Trayvon Martin’s ghost did not persuade the jury to convict Theodore Wafer

November 1, 2014

Saturday, November 1, 2014

Good afternoon:

Cheryl Carpenter, the lawyer who represented Ted Wafer, gave an interview recently about the trial in which she attributed the guilty verdict to Trayvon Martin’s ghost in the courtroom.

By that she meant the jurors felt like they had to find Wafer guilty or be subjected to the same intense scrutiny and criticism suffered by the jurors in the Zimmerman case.

I disagree.

The jury convicted Wafer in record time because, instead of calling 911, he grabbed his shotgun, opened his front door and fired his shotgun at point blank range through his screen door into an unarmed Renisha McBride’s face, killing her.

That is not self-defense since a reasonable person in his situation would not have believed he was in imminent danger of death or serious injury. It simply does not matter how fearful he was or claimed to be and no amount of wishing and spinning can change that.

Regardless what Carpenter wants to believe, Wafer had no defense, and that is why the jury rejected his claim of self-defense.

Before going to trial, most criminal defense lawyers will convince themselves they can win the trial, regardless of the evidence. However, no amount of positive thinking can transform a sow’s ear into a silk purse.

She obviously cared about him and there is nothing wrong with that. We should care about what happens to our clients. There’s nothing wrong with tears either. I’ve done that in death penalty cases. Lots of lawyers have done that.

She did her best, but she had a loser case, and it’s time for her to reconnect with reality.

I went through this experience. Every criminal defense lawyer does.

We don’t get to write the scripts and sometimes it’s better to zip it and move on instead of granting an interview and saying things that may come back to haunt us.


Predicting witness credibility based on facial features

August 2, 2014

Saturday, August 2, 2014

Good afternoon:

Have you ever wondered about the validity of first impressions when meeting someone for the first time?

Researchers at York University in the UK conducted a study of the response to certain variable characteristics in human faces. They found that despite the variability of human faces and expressions, they created a model that predicted the first impressions of faces seen for the first time using a combination of facial attributes that explained 58% of the variance in impressions.

The authors describe the significance of their study as follows,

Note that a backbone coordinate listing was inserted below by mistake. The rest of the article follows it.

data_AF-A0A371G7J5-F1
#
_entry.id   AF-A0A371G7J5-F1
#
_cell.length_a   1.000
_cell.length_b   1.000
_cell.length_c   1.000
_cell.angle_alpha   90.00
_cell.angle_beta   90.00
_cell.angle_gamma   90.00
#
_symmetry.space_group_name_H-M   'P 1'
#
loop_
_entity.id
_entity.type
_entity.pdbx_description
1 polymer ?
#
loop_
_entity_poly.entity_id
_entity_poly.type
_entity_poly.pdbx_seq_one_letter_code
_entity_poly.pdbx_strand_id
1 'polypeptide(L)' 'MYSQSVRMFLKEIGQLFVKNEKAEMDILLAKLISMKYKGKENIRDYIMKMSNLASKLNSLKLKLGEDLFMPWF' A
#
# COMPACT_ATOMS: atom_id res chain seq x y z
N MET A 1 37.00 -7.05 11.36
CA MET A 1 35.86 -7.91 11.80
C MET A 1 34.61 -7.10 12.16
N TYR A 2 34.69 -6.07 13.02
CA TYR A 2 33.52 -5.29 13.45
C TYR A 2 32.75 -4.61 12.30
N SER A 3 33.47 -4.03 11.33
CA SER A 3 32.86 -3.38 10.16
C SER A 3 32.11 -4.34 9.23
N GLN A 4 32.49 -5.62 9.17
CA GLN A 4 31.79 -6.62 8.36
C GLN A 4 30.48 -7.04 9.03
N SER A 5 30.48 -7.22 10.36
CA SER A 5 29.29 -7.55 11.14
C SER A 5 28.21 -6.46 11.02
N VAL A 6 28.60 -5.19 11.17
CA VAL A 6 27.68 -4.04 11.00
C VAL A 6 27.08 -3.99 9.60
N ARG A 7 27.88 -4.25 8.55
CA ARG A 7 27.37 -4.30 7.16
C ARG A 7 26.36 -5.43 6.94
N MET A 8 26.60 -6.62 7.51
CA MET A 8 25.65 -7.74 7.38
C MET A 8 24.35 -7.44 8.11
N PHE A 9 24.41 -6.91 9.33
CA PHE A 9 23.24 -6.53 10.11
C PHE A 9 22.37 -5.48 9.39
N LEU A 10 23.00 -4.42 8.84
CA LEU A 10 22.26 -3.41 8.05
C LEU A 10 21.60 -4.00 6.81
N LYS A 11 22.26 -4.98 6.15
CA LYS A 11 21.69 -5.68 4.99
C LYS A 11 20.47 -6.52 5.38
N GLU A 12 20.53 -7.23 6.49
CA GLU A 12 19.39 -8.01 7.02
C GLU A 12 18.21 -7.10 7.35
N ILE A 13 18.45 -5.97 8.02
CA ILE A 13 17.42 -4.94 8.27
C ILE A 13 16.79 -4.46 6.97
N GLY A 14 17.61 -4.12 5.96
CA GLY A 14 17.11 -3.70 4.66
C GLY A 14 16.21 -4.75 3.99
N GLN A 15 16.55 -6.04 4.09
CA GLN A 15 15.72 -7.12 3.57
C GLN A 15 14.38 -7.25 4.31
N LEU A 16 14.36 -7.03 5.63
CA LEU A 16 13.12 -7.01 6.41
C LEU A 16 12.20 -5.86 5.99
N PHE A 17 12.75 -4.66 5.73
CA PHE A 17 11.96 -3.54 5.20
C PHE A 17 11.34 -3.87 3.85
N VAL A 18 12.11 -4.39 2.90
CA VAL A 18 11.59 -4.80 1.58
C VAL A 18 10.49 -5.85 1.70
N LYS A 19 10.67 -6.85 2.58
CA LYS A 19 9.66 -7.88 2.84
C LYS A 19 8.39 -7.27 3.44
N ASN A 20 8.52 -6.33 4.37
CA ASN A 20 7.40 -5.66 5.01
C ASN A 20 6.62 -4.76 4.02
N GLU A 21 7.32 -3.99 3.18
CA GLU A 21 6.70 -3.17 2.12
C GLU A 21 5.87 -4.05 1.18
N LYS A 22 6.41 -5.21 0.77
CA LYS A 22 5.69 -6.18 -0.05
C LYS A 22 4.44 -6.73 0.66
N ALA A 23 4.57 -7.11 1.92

Understanding how first impressions are formed to faces is a topic of major theoretical and practical interest that has been given added importance through the widespread use of images of faces in social media. We create a quantitative model that can predict first impressions of previously unseen ambient images of faces (photographs reflecting the variability encountered in everyday life) from a linear combination of facial attributes, explaining 58% of the variance in raters’ impressions despite the considerable variability of the photographs. Reversing this process, we then demonstrate that face-like images can be generated that yield predictable social trait impressions in naive raters because they capture key aspects of the systematic variation in the relevant physical features of real faces.

The results of this study are important because they permit us to accurately predict most of the time how people will react to meeting a person for the first time based on the shape of the person’s face.

We form our opinion of a stranger’s trustworthiness or dominance without conscious thought almost instantly. The shape of a jaw or set of the eyes can lead to long-lasting opinions about someone. The scientists listed 65 facial attributes.

Although this information may be most useful to advertisers, trial lawyers can use it to predict how juries will react to what they say and whether they are likely to believe their clients.

Read the abstract of the study, which has been published in the Proceedings of the National Academy of Sciences.

The implications of this study may be disquieting to those of us who want to believe that we do not make snap decisions about a stranger’s character based on the shape of the face.

Just for fun:

Based on looking at Theodore Wafer’s face, do you believe he is a trustworthy person?

Have you formed any opinions about him, based on his facial expressions?

If so, what are they?

What about Oscar Pistorius?

George Zimmerman?

Michael Dunn?

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Fred


Theodore Wafer: opening statements today in porch-shooting case

July 23, 2014

Wednesday, July 23, 2014

Good morning:

Opening statements in the Theodore Wafer porch-shooting trial are scheduled to start today at 9 am EDT.

The precise legal questions to bear in mind as you listen to the lawyers lay out their respective cases in their opening statements are:

(1) whether Wafer acted reasonably when he opened his locked front door and fired his shotgun through his locked screen door killing an unarmed Renisha McBride, and